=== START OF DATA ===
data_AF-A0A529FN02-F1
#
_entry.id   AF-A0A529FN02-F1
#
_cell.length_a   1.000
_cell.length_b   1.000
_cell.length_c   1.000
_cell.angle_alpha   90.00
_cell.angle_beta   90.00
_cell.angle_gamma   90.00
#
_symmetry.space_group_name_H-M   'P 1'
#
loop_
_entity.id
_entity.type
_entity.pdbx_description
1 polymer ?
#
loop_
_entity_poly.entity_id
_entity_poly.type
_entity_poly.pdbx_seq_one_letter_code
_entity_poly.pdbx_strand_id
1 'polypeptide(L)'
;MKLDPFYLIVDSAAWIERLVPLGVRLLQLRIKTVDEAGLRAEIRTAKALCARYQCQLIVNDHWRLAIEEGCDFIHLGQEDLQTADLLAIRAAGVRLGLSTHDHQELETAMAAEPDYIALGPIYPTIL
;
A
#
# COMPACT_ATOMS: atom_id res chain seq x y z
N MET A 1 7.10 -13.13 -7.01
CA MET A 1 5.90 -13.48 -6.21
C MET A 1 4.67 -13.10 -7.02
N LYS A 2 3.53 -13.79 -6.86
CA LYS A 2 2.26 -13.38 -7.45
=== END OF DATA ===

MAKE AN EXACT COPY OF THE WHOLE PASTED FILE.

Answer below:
data_AF-A0A529FN02-F1
#
_entry.id   AF-A0A529FN02-F1
#
_cell.length_a   1.000
_cell.length_b   1.000
_cell.length_c   1.000
_cell.angle_alpha   90.00
_cell.angle_beta   90.00
_cell.angle_gamma   90.00
#
_symmetry.space_group_name_H-M   'P 1'
#
loop_
_entity.id
_entity.type
_entity.pdbx_description
1 polymer ?
#
loop_
_entity_poly.entity_id
_entity_poly.type
_entity_poly.pdbx_seq_one_letter_code
_entity_poly.pdbx_strand_id
1 'polypeptide(L)'
;MKLDPFYLIVDSAAWIERLVPLGVRLLQLRIKTVDEAGLRAEIRTAKALCARYQCQLIVNDHWRLAIEEGCDFIHLGQEDLQTADLLAIRAAGVRLGLSTHDHQELETAMAAEPDYIALGPIYPTIL
;
A
#
# COMPACT_ATOMS: atom_id res chain seq x y z
N MET A 1 7.10 -13.13 -7.01
CA MET A 1 5.90 -13.48 -6.21
C MET A 1 4.67 -13.10 -7.02
N LYS A 2 3.53 -13.79 -6.86
CA LYS A 2 2.26 -13.38 -7.45